Governor Profiles – Case Studies of the work of different governor roles
My role as Community Governor
Governor A has been a community governor at Primary School B for twelve years, taking the role of chair for the past five. She’s also a local authority governor at Primary School C and Primary School D.
What first attracted you to the position?
Hard to say! I like the intimacy and fun of primary schools. There is still room for them to consider learning in the round. And being a governor enabled me to get to know a fascinating area of education off my professional beat (I work as a consultant in adult learning).
What is the most challenging aspect?
Getting the balance of the role right – when to support and when to be critical; when to get stuck in and when to stand back. Many colleagues would add that simply understanding the education world and its language is difficult and daunting.
What is the most rewarding?
It sounds very feeble to say it, but knowing that you have made a difference. One of the attractive aspects of being a primary school governor is that there is probably more room to feel you have done that.
What do you think your governing body does well?
At School A I am very proud of the way we use governors’ skills. We have conducted a long and successful campaign to improve our buildings. Work is now starting on an extension and major remodelling and refurbishment of our dysfunctional building. The project is led at our end by the head and two governors with specialist knowledge of property development and building, and I think we have got the sharing of skills and the workload right. We have also developed some good policies and we have improved communications with parents. And I like our meetings, which are lively and not too formal.
Are there areas where your governing body could further develop?
We are not yet appropriately involved in self-evaluation. This may be because of governors’ workloads – most have full-time jobs, so making time without upsetting staff members’ work-life balance can be tricky! We have also agreed that we need to rebalance governing body meetings to make time for more substantial discussions of important and interesting topics.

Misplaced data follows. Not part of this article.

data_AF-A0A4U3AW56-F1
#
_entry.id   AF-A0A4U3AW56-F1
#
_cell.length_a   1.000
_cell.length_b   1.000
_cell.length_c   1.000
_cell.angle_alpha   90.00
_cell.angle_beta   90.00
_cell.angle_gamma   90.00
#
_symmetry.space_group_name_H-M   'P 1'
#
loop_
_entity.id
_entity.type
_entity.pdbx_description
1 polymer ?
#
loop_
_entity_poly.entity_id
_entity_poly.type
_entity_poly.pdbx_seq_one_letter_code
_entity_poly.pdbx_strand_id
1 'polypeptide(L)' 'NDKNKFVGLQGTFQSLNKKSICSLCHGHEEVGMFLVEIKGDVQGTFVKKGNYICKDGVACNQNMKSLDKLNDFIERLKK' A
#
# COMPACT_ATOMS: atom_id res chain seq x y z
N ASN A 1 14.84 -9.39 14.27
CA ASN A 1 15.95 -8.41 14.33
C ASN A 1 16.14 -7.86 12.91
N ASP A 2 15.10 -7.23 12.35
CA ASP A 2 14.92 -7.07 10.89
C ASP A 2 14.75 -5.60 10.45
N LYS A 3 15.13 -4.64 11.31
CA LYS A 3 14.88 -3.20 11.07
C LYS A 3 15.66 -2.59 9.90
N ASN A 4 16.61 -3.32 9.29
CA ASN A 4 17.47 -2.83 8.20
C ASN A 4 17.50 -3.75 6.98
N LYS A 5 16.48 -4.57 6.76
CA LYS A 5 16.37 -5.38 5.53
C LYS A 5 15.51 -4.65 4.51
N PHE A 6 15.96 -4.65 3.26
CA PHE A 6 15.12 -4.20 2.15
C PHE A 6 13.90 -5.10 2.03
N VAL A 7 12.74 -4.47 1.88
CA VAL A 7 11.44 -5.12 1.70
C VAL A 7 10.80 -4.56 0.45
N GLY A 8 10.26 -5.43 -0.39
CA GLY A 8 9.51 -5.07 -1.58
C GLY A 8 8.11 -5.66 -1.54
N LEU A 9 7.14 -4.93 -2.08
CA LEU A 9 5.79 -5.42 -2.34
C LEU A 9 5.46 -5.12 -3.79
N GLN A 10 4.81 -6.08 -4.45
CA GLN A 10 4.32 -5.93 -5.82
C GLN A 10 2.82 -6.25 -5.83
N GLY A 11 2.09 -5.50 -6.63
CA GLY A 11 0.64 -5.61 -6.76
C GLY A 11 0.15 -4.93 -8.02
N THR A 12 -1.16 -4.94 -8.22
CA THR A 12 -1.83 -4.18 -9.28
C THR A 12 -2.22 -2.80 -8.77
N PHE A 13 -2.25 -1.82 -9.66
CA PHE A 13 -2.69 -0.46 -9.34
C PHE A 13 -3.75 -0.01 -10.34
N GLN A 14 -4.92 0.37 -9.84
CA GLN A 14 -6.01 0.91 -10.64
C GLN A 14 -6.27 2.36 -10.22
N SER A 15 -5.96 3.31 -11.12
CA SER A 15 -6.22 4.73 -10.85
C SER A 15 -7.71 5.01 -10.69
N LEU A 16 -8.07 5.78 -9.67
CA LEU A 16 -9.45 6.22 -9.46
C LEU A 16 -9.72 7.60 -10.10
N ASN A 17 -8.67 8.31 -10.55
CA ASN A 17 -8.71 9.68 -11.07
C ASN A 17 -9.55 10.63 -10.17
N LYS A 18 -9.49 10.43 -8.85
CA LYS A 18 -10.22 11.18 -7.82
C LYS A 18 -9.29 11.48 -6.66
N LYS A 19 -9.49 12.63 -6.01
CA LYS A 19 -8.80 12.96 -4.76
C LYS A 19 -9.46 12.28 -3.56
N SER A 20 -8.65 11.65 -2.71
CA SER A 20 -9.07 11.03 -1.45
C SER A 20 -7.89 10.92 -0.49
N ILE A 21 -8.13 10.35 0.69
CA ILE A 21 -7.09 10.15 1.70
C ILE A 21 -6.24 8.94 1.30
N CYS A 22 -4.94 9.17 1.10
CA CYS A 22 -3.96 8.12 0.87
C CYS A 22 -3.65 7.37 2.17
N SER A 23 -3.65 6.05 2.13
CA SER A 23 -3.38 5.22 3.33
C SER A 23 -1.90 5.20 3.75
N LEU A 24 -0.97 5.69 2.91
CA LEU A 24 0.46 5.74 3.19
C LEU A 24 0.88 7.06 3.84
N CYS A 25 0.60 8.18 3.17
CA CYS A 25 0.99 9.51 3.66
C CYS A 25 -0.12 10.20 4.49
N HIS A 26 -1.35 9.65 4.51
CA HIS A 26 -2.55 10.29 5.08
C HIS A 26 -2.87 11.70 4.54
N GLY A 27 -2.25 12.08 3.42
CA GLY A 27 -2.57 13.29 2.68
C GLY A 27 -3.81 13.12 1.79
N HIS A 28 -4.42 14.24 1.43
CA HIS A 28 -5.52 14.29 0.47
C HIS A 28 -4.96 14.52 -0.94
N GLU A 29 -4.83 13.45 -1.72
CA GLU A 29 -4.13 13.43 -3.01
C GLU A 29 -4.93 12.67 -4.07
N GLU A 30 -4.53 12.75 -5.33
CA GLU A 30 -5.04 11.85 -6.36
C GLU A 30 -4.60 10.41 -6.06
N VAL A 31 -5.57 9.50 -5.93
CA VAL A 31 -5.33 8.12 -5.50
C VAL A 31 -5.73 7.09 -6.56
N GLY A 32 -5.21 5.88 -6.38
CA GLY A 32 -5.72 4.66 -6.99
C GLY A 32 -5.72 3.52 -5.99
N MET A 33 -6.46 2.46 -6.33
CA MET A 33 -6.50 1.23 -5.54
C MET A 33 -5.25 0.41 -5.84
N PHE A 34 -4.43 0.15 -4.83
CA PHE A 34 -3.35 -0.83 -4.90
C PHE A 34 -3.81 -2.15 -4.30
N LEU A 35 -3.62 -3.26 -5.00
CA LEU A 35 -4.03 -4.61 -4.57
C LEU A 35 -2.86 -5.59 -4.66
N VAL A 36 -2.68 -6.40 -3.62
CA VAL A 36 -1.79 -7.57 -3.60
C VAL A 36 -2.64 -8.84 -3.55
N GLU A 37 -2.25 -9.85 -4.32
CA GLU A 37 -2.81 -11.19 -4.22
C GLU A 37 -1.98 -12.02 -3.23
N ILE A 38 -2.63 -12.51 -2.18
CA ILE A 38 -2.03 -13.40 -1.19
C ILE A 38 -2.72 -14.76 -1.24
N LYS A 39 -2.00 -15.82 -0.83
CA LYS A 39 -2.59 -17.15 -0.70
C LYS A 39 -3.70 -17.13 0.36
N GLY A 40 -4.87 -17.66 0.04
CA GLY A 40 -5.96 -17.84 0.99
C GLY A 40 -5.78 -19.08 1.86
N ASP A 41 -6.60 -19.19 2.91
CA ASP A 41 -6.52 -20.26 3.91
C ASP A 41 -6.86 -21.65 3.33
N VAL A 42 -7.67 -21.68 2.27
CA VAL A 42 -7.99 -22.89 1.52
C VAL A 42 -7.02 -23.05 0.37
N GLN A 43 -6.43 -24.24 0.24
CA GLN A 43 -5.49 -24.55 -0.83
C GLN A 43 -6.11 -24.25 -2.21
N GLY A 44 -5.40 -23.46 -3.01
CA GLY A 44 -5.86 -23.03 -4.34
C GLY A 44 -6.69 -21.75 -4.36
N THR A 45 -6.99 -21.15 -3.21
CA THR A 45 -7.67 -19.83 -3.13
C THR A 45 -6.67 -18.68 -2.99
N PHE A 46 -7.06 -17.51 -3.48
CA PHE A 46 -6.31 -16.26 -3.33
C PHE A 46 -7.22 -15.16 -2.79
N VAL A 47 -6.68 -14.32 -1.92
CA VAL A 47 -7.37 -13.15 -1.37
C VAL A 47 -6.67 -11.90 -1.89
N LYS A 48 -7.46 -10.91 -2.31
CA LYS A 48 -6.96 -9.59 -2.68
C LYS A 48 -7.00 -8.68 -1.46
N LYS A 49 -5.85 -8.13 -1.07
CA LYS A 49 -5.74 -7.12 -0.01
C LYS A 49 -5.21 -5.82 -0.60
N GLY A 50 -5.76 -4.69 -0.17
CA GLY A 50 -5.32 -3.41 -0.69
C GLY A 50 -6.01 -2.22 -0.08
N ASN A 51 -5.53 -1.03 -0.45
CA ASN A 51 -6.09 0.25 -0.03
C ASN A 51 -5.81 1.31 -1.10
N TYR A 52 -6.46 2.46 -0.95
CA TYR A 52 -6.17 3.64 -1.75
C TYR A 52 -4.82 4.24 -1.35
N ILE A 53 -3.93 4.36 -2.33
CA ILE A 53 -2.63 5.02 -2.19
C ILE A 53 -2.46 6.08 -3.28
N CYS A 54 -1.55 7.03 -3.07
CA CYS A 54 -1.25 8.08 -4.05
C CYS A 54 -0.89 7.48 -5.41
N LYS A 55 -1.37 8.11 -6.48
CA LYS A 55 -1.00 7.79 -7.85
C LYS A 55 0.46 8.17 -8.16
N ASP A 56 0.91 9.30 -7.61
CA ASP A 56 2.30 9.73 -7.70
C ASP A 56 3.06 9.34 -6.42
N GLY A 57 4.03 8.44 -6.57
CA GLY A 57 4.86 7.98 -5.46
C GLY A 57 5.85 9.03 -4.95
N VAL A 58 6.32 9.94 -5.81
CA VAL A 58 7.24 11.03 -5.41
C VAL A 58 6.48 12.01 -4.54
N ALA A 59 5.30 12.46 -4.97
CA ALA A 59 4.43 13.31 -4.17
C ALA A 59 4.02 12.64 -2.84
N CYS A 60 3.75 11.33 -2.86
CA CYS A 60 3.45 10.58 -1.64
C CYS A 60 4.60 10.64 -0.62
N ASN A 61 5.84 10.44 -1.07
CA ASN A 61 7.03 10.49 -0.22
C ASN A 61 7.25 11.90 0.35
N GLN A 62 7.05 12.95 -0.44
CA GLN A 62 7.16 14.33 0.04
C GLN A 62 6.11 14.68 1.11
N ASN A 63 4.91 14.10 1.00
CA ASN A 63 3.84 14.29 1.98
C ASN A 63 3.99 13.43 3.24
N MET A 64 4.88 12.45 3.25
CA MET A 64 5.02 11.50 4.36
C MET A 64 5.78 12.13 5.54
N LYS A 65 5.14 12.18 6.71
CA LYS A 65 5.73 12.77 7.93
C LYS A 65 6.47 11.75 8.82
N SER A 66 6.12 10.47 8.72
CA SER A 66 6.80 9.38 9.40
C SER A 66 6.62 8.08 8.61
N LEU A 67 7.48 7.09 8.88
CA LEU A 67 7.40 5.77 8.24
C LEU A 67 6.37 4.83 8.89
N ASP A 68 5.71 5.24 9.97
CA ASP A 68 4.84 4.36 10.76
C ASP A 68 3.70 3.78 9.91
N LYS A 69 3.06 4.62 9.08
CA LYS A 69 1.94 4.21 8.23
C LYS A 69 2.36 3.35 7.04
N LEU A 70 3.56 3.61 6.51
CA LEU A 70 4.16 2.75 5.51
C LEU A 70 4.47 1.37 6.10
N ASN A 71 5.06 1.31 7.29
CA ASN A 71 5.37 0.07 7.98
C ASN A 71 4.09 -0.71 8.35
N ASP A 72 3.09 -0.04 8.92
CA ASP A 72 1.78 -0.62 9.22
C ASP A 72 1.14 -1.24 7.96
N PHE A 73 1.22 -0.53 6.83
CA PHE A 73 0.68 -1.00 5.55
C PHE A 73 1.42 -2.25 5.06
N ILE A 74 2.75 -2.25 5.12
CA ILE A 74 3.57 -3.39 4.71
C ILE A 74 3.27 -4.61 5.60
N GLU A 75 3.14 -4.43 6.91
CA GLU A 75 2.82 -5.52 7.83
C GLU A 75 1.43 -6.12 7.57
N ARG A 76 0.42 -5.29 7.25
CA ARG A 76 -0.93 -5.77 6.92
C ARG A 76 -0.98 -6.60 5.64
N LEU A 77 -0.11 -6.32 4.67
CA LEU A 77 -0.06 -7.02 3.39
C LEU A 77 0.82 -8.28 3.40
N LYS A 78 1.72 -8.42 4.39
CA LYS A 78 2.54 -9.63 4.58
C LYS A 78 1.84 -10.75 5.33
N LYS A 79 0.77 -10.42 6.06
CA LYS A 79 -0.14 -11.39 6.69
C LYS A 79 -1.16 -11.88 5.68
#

What do you think is the biggest issue that schools and governing bodies face in the future?
For primary schools, there are two big and positive challenges: curriculum change and making the most of being an extended school. For governing bodies, I am very concerned about the intention in the DCSF five-year plan to reduce the size of governing bodies to make them more effective. I suspect the DCSF wants to make governors more like non-executive directors on a company board – but I don’t think that is what our role should be.
What makes a good governor?
You need to know what you can offer is complementary to the professional skills of the staff. Make yourself aware of the big picture – the big challenges for this particular school – and make sure your governing body has a chance to discuss them. And enjoy learning!
My role as Parent Governor
Governor B has been a parent governor at Primary School D for four years and has been vice-chair since October 2007. This summer the school has celebrated being judged outstanding by Ofsted, including with outstanding governance.
What made you want to become a governor?
It was not something I had planned to do, but when vacancies arose for parent governors when my daughter was in year 1 at Primary School D, I was encouraged to stand by a couple of friends associated with the school. I have worked for many years in higher education, equality and diversity or both together, currently as a university disability adviser. I am committed to ensuring learners have every opportunity to fulfil their potential, and becoming a parent governor seemed an ideal way to do this.
Your school’s Ofsted report judged the school to be outstanding with particularly strong leadership. What strengths does your governing body have that allowed the school to receive this judgement?
We have a very experienced chair, which helps hugely. The governing body also has a really good relationship with the school’s senior leadership team with a high level of mutual trust. In many ways our governing body’s job is made easy by our school’s excellent senior leadership team. The head has been in place for some time and this allows strategic and consistent leadership. Our governing body has a strong structure of committees that meet to look at specific areas, and working groups that work on particular tasks, such as our school’s disability equality scheme, which we recently completed.
What do you see as the most important features of an effective governing body?
Many things make an effective governing body, but it is important to recognise that the governing body does not need to make every decision – you need to trust the school leadership team. It sounds obvious but an effective governing body must also have committed governors willing to attend regularly and to keep abreast of local and national developments in education. One of the things I think makes our particular governing body so effective is its broad range of people who are each able to offer different skills and work together effectively. Last but not least, it is very useful to have someone who understands finance!